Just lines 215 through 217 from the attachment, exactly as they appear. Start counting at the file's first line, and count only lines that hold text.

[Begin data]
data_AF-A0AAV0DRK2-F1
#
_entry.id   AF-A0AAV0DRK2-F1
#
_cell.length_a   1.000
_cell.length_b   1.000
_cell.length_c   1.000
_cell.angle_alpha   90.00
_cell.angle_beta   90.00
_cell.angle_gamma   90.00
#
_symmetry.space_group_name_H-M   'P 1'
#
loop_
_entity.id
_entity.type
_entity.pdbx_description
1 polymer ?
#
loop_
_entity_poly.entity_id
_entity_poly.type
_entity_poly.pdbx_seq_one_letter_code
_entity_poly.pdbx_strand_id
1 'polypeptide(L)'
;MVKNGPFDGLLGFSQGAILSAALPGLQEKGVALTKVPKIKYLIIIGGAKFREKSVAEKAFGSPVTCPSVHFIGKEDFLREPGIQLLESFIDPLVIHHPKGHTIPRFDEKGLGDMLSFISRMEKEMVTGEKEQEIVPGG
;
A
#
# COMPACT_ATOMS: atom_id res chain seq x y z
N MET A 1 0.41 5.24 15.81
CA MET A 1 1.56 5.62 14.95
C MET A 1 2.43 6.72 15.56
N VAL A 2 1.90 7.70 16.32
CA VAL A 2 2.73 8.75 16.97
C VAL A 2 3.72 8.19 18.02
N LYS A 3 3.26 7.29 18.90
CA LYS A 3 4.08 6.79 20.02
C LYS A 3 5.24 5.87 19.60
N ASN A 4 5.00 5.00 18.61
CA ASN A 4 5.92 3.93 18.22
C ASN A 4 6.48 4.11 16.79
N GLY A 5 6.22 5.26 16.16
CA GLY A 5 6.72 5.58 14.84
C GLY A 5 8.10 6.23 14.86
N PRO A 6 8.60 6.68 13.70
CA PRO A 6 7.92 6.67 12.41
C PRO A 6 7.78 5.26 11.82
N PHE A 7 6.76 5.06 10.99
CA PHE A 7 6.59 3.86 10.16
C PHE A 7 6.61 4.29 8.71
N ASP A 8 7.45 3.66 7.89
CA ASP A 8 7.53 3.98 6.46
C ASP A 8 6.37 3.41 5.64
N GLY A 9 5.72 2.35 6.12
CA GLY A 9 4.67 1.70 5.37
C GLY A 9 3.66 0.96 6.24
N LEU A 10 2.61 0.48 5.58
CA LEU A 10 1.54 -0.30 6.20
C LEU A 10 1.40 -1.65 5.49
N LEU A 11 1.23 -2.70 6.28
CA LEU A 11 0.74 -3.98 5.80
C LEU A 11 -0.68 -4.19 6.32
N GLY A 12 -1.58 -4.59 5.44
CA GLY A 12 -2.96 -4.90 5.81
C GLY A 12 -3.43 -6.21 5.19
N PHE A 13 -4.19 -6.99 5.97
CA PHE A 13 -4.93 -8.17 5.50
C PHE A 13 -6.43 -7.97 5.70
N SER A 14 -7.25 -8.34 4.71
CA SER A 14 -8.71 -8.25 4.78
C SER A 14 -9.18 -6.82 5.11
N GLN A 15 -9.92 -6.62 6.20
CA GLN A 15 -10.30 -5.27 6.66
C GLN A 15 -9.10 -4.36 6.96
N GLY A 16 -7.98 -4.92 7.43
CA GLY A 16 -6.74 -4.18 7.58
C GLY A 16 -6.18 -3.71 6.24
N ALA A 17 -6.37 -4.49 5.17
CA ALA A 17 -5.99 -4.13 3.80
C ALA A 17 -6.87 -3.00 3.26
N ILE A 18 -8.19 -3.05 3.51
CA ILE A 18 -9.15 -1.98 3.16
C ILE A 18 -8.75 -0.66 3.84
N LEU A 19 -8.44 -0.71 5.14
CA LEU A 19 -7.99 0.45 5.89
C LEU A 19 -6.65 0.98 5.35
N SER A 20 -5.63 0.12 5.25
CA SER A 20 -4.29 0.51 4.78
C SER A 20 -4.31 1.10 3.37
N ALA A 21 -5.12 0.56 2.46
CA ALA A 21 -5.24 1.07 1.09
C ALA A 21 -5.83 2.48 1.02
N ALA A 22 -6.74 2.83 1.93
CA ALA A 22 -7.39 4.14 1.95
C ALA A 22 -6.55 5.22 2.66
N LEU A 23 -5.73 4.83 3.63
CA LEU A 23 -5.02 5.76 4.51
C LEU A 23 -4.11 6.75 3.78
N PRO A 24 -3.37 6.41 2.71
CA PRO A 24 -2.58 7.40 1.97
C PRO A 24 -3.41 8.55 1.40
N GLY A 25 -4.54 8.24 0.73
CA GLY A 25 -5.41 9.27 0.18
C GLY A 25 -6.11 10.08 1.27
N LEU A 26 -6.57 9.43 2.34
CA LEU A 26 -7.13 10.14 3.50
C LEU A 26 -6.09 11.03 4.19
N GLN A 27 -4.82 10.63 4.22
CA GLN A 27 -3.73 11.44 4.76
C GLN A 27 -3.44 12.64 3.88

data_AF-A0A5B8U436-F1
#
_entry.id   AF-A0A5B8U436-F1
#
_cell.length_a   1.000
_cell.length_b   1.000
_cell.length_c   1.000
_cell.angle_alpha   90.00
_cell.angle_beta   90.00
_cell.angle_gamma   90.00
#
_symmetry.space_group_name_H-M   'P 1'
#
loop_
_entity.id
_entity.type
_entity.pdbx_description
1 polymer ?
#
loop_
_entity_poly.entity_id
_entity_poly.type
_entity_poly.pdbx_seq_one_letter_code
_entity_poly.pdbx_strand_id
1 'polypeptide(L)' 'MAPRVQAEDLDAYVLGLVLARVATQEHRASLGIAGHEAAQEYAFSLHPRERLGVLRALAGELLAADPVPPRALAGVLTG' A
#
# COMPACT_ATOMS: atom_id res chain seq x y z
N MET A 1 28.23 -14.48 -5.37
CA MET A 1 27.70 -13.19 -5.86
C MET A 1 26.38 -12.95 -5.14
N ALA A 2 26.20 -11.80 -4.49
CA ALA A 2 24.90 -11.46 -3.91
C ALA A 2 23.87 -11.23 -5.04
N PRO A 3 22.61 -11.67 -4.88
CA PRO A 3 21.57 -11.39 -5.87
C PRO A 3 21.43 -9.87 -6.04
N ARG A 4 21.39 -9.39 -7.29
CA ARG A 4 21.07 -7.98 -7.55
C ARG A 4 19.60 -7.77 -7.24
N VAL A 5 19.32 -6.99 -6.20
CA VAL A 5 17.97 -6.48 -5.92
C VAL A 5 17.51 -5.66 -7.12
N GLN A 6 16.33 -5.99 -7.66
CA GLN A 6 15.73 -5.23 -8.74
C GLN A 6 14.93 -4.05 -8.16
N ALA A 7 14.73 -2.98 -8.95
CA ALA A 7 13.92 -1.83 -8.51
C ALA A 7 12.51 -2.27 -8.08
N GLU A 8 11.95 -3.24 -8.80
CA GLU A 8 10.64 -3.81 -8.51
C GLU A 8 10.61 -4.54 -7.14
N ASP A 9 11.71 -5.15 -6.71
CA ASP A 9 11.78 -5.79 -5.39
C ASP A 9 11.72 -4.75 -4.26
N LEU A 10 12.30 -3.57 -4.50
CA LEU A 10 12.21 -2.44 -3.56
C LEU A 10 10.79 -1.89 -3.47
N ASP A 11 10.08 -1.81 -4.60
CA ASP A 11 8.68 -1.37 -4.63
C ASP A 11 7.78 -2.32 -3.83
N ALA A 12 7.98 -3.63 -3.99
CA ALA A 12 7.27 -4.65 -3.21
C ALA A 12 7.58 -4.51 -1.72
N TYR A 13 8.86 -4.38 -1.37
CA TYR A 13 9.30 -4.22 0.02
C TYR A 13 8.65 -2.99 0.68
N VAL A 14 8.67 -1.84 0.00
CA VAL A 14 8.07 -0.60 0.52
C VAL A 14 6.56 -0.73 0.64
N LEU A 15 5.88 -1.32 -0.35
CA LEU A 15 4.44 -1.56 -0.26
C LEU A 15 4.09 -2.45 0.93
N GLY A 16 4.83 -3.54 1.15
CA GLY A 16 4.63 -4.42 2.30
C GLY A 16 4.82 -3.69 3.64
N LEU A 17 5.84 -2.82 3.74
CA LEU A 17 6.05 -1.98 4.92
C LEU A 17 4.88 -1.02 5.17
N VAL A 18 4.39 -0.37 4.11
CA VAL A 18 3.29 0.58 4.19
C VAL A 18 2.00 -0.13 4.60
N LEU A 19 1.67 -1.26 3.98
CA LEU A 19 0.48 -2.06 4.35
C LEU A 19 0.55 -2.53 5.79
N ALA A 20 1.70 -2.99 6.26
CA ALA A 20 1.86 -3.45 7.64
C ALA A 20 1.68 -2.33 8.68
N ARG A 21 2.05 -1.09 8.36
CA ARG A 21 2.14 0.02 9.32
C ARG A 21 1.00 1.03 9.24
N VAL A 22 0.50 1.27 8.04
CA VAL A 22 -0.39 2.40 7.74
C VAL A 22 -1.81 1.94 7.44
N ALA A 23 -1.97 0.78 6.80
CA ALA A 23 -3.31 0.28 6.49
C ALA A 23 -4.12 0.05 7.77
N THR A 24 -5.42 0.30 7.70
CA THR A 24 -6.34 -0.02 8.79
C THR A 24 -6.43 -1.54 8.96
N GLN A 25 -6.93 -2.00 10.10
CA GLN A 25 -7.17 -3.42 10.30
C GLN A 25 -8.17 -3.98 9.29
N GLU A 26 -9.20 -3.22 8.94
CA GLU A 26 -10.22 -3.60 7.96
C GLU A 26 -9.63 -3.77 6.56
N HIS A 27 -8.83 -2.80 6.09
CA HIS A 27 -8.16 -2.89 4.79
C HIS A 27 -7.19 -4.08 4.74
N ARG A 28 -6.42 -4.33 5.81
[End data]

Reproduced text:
CA GLU A 26 -10.22 -3.60 7.96
C GLU A 26 -9.63 -3.77 6.56
N HIS A 27 -8.83 -2.80 6.09